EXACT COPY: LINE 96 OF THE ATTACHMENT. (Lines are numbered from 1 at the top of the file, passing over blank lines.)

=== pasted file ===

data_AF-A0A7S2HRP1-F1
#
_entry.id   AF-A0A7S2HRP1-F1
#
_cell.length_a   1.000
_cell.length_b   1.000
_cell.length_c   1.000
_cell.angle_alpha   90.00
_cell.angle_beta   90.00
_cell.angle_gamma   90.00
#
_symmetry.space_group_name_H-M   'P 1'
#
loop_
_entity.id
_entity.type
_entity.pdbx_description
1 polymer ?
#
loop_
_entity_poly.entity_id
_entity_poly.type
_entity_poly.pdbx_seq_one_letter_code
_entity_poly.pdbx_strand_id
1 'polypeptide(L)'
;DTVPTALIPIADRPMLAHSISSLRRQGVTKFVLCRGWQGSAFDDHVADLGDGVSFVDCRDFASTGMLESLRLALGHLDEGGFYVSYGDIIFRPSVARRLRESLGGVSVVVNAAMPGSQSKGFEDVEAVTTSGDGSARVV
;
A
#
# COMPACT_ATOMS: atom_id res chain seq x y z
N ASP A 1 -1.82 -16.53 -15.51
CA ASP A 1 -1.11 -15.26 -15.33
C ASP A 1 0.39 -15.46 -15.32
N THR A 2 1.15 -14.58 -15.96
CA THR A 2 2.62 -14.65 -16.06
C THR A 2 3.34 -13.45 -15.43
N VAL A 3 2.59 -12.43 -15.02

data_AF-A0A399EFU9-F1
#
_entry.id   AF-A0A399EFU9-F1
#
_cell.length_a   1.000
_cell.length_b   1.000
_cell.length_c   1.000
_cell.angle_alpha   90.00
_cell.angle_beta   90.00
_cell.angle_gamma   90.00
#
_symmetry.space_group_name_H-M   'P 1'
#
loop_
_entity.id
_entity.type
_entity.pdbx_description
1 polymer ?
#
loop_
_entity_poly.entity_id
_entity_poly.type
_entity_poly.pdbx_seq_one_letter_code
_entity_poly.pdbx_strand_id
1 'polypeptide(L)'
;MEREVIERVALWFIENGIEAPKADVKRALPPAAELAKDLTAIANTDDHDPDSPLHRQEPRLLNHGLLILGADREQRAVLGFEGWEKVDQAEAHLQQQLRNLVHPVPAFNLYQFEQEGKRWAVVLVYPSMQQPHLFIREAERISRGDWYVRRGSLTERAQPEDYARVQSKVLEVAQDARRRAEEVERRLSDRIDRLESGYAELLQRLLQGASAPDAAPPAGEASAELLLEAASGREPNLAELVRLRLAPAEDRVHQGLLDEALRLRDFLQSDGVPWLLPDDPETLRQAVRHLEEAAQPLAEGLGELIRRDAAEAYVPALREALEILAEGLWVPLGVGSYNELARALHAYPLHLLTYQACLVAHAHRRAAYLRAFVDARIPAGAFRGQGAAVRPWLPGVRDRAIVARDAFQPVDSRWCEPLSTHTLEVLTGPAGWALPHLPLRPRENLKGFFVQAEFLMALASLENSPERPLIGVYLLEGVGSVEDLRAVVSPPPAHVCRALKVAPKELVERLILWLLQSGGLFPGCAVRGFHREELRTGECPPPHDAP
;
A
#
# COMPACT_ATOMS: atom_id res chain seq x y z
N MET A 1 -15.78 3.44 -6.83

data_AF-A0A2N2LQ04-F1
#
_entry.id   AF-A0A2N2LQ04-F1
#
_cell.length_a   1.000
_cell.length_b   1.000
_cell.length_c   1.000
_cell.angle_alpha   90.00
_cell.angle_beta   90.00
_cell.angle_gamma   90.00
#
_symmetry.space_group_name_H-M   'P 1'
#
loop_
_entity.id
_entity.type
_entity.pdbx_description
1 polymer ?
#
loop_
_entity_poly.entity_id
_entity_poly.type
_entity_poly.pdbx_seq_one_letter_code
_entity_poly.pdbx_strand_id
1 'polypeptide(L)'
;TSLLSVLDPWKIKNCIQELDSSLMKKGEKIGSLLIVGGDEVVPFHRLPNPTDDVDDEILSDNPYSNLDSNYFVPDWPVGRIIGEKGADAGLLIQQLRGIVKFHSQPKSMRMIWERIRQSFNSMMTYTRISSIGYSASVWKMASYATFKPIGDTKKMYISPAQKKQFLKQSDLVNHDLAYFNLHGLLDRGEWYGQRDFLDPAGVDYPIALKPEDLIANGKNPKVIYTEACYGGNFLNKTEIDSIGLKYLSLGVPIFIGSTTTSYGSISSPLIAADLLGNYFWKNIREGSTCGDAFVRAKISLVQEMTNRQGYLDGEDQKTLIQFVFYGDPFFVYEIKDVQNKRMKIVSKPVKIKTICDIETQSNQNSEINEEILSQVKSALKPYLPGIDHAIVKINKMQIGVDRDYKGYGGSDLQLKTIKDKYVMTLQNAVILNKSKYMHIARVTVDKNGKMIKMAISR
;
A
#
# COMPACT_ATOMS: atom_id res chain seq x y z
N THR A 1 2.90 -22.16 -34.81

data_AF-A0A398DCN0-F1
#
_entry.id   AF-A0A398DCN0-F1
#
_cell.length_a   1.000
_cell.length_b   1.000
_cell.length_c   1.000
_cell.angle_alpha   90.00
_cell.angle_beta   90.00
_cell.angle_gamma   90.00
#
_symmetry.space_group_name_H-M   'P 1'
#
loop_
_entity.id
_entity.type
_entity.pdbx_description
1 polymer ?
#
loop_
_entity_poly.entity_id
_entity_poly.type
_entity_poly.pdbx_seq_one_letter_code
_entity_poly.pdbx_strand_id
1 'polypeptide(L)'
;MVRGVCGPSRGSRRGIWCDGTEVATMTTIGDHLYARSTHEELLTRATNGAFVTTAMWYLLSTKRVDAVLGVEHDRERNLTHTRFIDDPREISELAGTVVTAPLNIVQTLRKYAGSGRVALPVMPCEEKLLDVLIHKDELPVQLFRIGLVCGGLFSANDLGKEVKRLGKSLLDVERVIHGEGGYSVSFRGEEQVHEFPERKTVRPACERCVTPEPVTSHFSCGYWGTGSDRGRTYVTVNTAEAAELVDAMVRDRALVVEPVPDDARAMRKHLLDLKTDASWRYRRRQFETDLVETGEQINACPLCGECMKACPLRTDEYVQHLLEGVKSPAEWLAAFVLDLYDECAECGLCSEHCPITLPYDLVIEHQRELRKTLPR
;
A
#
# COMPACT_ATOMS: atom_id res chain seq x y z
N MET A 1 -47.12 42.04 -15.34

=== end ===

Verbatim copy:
A